Andrea Horwath’s temporary team-up with Tim Hudak is making Toronto NDP caucus members nervous.
For casino foes, there was an important vote in the legislature Thursday afternoon, March 28 - that is, if you believe in symbolic gestures. Then again, it may be something more, even the out the Libs are looking for to kill Paul Godfrey's gamble with Toronto's future.
The PCs joined the NDP to pass a motion calling on the Liberal government to delay its implementation of the Ontario Lottery and Gaming Corporation's (OLG) so-called "modernization" (read privatization) plan until the 2014 municipal elections. That's so municipalities that may want a casino can add that question to the ballot.
It was a rare bit of cooperation.
But if Torontonians can get behind the NDP's effort on the casino issue, and forgive an axis with the evil Tories (despite the fact that Hudak & Co. want to sell us even further down the privatization river), it's harder to justify the party's teaming up with the PCs to support Bill 3, aka the Gasoline Tax Fairness For All Act.
Don't let the name fool you - it's anything but fair to municipalities currently receiving cash from the gas tax to fund public transit. The bill, tabled by Tory MPP John Yakabuski, proposes to give cities that don't have public transit a slice of the tax take to - wait for it - build and maintain roads instead.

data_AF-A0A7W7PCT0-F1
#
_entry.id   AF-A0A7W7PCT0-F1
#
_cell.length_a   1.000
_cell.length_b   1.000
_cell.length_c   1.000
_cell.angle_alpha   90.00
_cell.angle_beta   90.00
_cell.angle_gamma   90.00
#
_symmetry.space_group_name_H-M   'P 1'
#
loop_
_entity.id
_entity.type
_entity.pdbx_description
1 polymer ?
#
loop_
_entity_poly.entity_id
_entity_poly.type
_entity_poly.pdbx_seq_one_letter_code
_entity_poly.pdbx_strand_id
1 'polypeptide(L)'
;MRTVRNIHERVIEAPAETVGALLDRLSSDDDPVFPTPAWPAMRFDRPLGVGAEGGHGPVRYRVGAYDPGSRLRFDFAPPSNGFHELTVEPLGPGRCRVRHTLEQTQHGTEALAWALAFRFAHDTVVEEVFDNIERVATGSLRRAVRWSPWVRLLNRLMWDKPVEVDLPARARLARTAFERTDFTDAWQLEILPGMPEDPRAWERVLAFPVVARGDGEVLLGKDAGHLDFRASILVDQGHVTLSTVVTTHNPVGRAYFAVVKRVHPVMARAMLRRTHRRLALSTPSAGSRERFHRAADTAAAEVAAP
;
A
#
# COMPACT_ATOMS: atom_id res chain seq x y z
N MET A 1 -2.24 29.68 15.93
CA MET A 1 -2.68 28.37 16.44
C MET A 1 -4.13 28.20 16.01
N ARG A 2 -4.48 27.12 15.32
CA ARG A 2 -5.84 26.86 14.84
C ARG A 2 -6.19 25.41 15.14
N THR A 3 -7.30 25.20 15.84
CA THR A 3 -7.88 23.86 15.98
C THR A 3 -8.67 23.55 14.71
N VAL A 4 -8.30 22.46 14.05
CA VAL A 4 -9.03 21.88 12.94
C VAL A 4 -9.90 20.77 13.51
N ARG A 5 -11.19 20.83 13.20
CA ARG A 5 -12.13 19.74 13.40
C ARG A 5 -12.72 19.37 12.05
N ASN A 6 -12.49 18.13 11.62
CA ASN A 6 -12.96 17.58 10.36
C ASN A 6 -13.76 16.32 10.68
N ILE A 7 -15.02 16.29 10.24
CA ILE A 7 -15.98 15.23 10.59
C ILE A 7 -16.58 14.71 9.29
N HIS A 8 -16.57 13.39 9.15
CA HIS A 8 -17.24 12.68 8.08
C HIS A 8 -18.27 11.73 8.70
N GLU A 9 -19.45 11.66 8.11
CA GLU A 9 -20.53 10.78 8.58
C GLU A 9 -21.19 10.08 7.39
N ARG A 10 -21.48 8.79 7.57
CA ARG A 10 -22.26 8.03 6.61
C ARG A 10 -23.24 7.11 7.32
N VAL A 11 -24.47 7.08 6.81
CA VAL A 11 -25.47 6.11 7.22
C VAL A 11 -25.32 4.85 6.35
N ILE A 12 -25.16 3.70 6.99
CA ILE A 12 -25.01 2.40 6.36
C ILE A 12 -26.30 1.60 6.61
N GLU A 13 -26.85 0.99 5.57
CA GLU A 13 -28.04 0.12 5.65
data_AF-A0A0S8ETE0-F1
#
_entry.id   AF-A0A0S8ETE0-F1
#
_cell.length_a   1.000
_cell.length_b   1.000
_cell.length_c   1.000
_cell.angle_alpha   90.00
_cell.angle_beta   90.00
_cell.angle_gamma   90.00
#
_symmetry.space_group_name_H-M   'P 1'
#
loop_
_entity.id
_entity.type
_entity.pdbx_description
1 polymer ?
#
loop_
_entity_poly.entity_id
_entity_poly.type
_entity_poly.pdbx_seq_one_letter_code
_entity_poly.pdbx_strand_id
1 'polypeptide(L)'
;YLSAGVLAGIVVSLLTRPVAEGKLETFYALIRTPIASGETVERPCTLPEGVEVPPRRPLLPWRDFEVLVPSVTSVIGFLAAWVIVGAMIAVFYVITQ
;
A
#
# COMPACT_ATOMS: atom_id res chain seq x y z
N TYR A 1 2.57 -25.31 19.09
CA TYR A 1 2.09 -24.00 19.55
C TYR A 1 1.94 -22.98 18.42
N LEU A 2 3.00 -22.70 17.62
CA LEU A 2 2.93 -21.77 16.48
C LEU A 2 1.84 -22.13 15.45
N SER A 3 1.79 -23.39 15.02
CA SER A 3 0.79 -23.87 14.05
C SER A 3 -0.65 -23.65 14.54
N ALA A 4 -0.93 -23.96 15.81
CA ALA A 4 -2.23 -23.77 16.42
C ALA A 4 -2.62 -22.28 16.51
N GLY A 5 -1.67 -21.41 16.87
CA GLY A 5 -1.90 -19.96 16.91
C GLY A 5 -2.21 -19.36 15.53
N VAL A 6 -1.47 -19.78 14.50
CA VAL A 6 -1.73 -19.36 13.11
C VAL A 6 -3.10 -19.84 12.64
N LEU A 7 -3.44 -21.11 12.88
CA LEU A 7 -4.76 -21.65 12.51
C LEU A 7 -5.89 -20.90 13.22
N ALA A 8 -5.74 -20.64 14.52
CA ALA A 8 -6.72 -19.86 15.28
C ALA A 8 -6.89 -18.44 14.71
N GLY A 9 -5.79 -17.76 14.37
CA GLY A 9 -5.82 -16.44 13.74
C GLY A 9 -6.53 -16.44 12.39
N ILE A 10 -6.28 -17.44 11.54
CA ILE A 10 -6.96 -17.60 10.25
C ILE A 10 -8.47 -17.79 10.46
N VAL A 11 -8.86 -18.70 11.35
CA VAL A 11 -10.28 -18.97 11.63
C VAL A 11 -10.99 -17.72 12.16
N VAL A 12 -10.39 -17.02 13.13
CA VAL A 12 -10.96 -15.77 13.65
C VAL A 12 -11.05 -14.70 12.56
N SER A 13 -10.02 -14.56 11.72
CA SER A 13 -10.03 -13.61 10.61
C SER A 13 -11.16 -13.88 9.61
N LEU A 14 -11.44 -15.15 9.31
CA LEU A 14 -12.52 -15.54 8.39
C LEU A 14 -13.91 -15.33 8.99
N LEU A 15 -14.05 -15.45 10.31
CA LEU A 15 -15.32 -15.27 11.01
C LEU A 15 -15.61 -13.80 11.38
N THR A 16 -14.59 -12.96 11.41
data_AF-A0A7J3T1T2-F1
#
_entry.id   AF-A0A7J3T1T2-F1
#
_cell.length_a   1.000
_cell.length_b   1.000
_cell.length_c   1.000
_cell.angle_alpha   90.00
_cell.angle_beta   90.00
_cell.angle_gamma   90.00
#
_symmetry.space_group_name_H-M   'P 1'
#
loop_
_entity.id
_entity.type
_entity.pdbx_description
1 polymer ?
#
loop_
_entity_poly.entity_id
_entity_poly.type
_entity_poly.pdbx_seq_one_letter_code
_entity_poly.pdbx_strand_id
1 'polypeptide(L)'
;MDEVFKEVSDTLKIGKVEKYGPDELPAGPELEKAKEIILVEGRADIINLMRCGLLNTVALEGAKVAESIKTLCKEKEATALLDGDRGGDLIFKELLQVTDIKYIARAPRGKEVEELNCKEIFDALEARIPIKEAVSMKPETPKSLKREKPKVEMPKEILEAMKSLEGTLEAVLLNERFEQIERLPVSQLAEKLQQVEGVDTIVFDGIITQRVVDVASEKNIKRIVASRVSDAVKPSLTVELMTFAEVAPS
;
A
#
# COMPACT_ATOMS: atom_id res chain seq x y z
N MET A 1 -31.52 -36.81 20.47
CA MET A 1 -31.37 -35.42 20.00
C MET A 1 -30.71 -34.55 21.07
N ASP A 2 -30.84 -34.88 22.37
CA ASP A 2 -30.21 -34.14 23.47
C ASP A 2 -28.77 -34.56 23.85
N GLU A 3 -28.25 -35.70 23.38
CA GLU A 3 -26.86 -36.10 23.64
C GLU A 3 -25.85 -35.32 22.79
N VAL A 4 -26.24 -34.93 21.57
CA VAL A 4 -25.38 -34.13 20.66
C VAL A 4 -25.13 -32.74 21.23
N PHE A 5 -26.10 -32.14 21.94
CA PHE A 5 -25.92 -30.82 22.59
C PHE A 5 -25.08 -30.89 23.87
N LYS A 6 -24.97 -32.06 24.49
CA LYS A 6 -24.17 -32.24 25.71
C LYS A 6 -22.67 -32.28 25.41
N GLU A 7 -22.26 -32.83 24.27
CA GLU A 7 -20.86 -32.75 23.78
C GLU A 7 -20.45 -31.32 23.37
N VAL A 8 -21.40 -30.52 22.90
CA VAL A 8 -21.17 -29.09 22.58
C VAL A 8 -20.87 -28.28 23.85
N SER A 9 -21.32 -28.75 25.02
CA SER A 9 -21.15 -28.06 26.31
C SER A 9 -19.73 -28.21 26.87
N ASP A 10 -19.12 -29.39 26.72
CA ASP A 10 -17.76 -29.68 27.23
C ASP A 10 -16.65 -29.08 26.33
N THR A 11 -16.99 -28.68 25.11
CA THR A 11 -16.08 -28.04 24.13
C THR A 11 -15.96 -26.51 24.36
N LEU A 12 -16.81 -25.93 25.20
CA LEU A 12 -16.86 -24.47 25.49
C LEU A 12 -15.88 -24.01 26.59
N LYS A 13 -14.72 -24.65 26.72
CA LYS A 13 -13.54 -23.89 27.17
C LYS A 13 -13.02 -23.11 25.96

The NDP is calling its backing "symbolic." More on that one later.
But first, the casino commotion. The motion tabled by NDP MPP Taras Natyshak, also calls on the Grits to "freeze" changes to the slots-at-racetracks program, which the horse racing industry says is crucial for its survival.
But whether anything will ever come of it is unclear. The motion is non-binding, which means there's nothing forcing the government to take action. It's merely meant to express the will of the legislature, which in a less partisan setting might have more weight. In the current climate at Queen's Park, the motion won't be taken further now that it's been sent into procedural purgatory.
But with public and political sentiment opposed to OLG's strategy - broadly, to expand and privatize internet and "land-based" gaming, including allowing video gaming at charity bingos - the Libs may well decide to bring the matter forward themselves. The opposition parties may have given the Libs a way to cash in their chips on OLG's plan, about which Premier Kathleen Wynne, in contrast to predecessor Dalton McGuinty, is less enthusiastic. It's possible, despite the allure of big gambling revenue for a cash-strapped province. Even the NDP thinks so. Or, knowing that move is in the cards, the opposition parties wanted to put their money on it, too.
"The pressure is mounting on the issue of transparency on the part of the OLG," says Natyshak. "[The Liberals] may want to take a pause. I'm eternally optimistic that the government will see the light. This motion affords them the opportunity."
Natyshak uttered that last bit with surprisingly little sarcasm. The floor may indeed have fallen out from under OLG's plans. Wynne's crew has signed transition funding agreements with a number of racetracks, three more last week (nine in all so far).